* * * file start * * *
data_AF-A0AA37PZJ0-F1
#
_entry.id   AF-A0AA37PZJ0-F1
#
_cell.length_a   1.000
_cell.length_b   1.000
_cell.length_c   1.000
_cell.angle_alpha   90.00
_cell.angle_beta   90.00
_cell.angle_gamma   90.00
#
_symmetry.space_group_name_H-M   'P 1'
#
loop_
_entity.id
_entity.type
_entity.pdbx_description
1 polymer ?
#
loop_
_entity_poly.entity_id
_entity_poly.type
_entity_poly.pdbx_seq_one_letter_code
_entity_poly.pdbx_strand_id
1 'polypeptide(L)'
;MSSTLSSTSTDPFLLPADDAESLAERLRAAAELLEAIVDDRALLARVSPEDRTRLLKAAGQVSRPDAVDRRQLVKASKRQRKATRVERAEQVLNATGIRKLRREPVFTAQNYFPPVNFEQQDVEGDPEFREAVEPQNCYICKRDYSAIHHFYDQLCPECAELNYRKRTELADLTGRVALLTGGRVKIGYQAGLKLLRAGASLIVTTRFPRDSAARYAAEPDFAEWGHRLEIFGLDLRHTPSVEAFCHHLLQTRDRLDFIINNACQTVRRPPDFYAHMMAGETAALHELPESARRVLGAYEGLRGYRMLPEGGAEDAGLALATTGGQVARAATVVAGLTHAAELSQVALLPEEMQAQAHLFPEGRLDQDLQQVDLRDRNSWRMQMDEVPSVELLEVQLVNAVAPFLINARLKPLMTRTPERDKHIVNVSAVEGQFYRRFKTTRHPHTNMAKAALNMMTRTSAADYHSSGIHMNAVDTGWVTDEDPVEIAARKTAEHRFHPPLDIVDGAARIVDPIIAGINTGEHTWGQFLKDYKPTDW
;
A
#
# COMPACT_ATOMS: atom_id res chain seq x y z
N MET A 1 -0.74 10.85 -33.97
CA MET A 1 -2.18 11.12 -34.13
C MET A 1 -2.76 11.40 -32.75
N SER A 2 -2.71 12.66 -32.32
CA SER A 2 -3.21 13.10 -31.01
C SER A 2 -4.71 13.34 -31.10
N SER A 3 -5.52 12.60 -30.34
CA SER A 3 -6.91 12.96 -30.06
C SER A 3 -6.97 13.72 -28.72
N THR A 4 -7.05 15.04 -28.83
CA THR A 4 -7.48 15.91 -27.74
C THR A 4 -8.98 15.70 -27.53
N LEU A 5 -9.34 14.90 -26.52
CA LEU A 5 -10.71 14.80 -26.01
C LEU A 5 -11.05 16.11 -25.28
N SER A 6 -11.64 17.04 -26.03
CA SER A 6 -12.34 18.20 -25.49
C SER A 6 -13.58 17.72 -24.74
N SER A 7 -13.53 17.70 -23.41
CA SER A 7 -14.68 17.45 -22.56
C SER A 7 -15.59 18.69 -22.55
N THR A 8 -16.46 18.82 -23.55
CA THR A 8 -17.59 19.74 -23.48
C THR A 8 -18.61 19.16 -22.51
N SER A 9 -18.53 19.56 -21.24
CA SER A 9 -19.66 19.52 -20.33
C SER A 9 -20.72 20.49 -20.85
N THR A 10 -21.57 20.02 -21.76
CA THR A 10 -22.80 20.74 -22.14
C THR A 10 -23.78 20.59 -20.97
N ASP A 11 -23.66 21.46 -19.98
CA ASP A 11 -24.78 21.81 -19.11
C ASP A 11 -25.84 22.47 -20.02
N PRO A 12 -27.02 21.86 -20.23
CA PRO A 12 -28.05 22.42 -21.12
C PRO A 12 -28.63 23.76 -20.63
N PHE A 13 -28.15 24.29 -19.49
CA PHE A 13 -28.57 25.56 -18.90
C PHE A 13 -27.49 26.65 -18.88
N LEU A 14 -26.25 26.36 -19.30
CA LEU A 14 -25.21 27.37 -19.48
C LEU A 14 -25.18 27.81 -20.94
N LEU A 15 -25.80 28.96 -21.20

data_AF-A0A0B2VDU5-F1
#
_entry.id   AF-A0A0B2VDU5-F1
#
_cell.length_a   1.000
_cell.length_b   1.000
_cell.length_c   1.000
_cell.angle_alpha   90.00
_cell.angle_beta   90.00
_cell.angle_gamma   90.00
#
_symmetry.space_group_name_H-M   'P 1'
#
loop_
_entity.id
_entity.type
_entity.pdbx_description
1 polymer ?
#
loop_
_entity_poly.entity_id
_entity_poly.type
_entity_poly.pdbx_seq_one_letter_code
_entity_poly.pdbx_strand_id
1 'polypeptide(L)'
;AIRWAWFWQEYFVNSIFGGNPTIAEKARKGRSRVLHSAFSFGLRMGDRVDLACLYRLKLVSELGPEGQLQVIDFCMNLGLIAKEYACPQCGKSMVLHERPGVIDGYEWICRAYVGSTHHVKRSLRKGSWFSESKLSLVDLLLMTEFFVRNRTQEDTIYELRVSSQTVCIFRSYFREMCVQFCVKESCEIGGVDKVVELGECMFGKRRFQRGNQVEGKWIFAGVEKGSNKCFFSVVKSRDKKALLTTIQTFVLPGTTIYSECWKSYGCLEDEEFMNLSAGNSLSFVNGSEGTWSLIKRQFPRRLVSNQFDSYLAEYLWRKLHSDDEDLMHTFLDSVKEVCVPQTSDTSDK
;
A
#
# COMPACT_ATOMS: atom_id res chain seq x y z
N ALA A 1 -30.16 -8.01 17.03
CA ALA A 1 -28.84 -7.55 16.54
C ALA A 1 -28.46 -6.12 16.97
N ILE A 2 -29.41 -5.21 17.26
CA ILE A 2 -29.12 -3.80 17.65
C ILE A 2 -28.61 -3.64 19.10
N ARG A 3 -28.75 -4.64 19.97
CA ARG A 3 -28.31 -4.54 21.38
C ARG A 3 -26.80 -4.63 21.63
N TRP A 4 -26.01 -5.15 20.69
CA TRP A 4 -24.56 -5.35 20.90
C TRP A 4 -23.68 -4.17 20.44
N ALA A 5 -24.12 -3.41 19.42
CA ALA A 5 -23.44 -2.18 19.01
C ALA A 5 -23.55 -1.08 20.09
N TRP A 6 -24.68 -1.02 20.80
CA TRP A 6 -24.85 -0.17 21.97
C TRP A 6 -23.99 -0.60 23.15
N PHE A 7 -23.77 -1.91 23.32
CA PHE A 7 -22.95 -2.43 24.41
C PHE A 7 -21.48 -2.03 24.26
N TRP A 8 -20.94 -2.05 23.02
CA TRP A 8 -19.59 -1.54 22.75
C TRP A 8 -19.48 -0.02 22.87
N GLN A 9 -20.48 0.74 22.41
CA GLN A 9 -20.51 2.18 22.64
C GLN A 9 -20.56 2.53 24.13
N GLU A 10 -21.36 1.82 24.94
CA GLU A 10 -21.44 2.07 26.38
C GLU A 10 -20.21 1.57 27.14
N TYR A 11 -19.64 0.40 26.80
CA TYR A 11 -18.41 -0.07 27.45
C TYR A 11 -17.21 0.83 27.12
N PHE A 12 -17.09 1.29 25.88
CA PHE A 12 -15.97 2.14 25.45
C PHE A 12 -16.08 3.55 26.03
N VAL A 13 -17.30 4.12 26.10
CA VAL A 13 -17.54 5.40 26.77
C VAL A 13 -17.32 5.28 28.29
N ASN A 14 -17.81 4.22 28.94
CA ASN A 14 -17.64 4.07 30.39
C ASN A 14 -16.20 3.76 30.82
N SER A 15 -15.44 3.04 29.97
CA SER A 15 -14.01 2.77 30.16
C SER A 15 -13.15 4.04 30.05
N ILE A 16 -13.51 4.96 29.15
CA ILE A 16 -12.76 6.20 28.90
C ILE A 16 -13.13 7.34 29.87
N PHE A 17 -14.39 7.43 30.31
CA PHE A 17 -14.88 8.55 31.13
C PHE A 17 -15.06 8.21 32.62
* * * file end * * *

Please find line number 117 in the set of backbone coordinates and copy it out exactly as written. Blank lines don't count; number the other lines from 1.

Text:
CA ALA A 5 -23.44 -2.18 19.01